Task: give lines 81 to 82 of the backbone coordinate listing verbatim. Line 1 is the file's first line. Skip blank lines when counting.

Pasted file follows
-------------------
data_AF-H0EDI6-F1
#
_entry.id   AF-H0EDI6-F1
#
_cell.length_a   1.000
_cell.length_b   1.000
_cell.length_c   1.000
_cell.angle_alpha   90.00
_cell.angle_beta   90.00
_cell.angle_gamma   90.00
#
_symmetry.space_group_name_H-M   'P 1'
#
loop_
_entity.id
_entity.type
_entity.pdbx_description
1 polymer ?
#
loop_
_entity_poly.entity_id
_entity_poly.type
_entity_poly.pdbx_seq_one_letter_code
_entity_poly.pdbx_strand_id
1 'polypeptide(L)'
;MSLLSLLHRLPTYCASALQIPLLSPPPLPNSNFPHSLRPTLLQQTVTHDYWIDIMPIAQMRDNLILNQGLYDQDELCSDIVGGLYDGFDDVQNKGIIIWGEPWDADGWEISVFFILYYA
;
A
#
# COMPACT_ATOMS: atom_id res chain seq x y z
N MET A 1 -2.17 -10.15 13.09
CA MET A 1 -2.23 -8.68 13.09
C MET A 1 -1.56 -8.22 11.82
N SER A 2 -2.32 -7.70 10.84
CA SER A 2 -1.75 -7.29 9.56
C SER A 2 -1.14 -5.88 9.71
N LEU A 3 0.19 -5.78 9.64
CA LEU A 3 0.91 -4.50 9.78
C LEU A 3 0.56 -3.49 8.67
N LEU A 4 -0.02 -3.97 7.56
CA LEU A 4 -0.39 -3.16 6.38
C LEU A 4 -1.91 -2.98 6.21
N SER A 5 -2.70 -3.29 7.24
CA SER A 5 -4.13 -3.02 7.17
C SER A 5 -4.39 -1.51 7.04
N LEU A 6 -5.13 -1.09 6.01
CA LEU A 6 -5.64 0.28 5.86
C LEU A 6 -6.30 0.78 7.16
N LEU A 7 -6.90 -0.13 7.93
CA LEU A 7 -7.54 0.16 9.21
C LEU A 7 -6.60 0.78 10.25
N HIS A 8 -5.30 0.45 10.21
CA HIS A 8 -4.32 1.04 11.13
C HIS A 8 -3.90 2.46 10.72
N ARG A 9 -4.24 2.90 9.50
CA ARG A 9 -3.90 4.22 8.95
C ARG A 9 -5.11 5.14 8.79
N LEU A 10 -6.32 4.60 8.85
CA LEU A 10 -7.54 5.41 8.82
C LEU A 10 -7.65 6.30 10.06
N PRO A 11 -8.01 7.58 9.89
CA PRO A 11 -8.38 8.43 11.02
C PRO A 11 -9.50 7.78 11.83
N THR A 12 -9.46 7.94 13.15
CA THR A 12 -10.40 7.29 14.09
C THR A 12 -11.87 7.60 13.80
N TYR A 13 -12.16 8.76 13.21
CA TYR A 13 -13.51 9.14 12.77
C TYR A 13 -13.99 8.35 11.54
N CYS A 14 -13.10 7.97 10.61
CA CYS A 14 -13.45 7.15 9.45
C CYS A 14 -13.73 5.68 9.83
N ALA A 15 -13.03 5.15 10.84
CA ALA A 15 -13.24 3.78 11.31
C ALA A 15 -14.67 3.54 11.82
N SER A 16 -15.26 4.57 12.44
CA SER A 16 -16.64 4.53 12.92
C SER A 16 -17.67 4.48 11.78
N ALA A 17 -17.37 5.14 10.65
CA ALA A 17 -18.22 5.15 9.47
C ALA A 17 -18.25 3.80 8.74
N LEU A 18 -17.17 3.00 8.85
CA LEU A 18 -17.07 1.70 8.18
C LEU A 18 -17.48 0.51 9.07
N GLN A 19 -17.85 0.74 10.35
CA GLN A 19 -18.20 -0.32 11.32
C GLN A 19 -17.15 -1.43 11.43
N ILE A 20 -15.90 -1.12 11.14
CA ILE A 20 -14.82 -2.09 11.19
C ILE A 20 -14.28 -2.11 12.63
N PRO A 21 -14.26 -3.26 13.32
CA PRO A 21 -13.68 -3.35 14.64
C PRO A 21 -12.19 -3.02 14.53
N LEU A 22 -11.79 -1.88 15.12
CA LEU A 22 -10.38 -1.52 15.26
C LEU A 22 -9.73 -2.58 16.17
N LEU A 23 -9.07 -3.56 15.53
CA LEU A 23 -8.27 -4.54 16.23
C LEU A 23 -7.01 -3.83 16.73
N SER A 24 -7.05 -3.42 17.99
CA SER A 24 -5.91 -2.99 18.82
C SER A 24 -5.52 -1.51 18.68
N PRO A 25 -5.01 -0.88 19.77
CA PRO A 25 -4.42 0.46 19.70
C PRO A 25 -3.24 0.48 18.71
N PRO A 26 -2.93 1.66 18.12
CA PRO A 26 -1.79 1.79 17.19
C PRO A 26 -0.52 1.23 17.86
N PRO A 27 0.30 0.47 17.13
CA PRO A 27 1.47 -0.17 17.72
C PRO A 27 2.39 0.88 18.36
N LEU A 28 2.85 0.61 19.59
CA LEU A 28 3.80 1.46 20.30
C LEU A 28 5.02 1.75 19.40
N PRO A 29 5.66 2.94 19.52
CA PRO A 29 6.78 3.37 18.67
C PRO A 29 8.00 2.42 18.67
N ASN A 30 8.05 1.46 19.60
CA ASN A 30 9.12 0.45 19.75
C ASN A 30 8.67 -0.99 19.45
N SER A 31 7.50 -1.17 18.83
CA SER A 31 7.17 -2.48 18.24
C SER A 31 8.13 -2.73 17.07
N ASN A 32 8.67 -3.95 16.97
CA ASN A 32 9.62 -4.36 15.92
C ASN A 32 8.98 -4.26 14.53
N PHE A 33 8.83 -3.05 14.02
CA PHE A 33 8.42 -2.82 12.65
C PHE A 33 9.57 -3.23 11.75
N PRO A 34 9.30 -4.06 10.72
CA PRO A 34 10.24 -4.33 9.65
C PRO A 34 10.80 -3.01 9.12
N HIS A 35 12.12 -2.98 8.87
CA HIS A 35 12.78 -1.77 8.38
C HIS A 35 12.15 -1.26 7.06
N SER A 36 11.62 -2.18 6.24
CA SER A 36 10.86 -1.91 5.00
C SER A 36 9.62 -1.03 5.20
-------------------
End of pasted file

C ALA A 17 -18.25 3.80 8.74
N LEU A 18 -17.17 3.00 8.85